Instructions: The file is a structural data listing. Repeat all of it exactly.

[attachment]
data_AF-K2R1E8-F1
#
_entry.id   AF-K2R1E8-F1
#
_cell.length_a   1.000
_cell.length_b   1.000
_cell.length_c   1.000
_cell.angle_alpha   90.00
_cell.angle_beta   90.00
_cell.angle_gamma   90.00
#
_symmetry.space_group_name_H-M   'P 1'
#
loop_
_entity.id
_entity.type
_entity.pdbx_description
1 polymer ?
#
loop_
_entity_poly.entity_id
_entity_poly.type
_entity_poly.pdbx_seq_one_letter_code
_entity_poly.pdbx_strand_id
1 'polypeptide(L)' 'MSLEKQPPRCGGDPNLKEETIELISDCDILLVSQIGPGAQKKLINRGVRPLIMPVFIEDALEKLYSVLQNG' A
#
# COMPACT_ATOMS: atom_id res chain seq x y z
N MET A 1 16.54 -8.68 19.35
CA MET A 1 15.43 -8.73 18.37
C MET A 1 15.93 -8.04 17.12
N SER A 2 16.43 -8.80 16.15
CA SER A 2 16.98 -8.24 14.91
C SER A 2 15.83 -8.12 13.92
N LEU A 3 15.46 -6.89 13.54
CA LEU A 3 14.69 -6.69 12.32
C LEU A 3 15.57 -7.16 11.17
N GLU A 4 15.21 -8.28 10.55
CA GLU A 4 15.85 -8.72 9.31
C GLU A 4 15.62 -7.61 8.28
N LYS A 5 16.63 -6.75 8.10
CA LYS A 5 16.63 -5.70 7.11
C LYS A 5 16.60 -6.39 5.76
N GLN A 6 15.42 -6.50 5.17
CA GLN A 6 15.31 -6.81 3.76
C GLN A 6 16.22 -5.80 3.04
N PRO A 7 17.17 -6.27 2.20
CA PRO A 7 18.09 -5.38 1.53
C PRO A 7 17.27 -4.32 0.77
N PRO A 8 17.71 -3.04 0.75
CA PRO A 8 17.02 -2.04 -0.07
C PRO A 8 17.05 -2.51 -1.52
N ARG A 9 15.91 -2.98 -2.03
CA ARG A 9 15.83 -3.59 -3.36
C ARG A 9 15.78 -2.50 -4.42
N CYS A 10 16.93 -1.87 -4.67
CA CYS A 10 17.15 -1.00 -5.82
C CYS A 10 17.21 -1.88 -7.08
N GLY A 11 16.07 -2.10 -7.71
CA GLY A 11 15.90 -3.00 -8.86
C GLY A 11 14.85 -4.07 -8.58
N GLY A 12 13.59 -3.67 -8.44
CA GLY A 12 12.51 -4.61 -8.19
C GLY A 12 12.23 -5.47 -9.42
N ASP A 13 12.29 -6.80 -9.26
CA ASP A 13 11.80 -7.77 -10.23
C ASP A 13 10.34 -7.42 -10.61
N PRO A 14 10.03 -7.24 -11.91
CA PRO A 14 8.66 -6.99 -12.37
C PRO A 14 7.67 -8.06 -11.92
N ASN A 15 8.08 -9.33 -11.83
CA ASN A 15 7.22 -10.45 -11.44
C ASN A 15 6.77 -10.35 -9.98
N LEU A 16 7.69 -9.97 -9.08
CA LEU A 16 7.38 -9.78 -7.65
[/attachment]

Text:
data_AF-K2R1E8-F1
#
_entry.id   AF-K2R1E8-F1
#
_cell.length_a   1.000
_cell.length_b   1.000
_cell.length_c   1.000
_cell.angle_alpha   90.00
_cell.angle_beta   90.00
_cell.angle_gamma   90.00
#
_symmetry.space_group_name_H-M   'P 1'
#
loop_
_entity.id
_entity.type
_entity.pdbx_description
1 polymer ?
#
loop_
_entity_poly.entity_id
_entity_poly.type
_entity_poly.pdbx_seq_one_letter_code
_entity_poly.pdbx_strand_id
1 'polypeptide(L)' 'MSLEKQPPRCGGDPNLKEETIELISDCDILLVSQIGPGAQKKLINRGVRPLIMPVFIEDALEKLYSVLQNG' A
#
# COMPACT_ATOMS: atom_id res chain seq x y z
N MET A 1 16.54 -8.68 19.35
CA MET A 1 15.43 -8.73 18.37
C MET A 1 15.93 -8.04 17.12
N SER A 2 16.43 -8.80 16.15
CA SER A 2 16.98 -8.24 14.91
C SER A 2 15.83 -8.12 13.92
N LEU A 3 15.46 -6.89 13.54
CA LEU A 3 14.69 -6.69 12.32
C LEU A 3 15.57 -7.16 11.17
N GLU A 4 15.21 -8.28 10.55
CA GLU A 4 15.85 -8.72 9.31
C GLU A 4 15.62 -7.61 8.28
N LYS A 5 16.63 -6.75 8.10
CA LYS A 5 16.63 -5.70 7.11
C LYS A 5 16.60 -6.39 5.76
N GLN A 6 15.42 -6.50 5.17
CA GLN A 6 15.31 -6.81 3.76
C GLN A 6 16.22 -5.80 3.04
N PRO A 7 17.17 -6.27 2.20
CA PRO A 7 18.09 -5.38 1.53
C PRO A 7 17.27 -4.32 0.77
N PRO A 8 17.71 -3.04 0.75
CA PRO A 8 17.02 -2.04 -0.07
C PRO A 8 17.05 -2.51 -1.52
N ARG A 9 15.91 -2.98 -2.03
CA ARG A 9 15.83 -3.59 -3.36
C ARG A 9 15.78 -2.50 -4.42
N CYS A 10 16.93 -1.87 -4.67
CA CYS A 10 17.15 -1.00 -5.82
C CYS A 10 17.21 -1.88 -7.08
N GLY A 11 16.07 -2.10 -7.71
CA GLY A 11 15.90 -3.00 -8.86
C GLY A 11 14.85 -4.07 -8.58
N GLY A 12 13.59 -3.67 -8.44
CA GLY A 12 12.51 -4.61 -8.19
C GLY A 12 12.23 -5.47 -9.42
N ASP A 13 12.29 -6.80 -9.26
CA ASP A 13 11.80 -7.77 -10.23
C ASP A 13 10.34 -7.42 -10.61
N PRO A 14 10.03 -7.24 -11.91
CA PRO A 14 8.66 -6.99 -12.37
C PRO A 14 7.67 -8.06 -11.92
N ASN A 15 8.08 -9.33 -11.83
CA ASN A 15 7.22 -10.45 -11.44
C ASN A 15 6.77 -10.35 -9.98
N LEU A 16 7.69 -9.97 -9.08
CA LEU A 16 7.38 -9.78 -7.65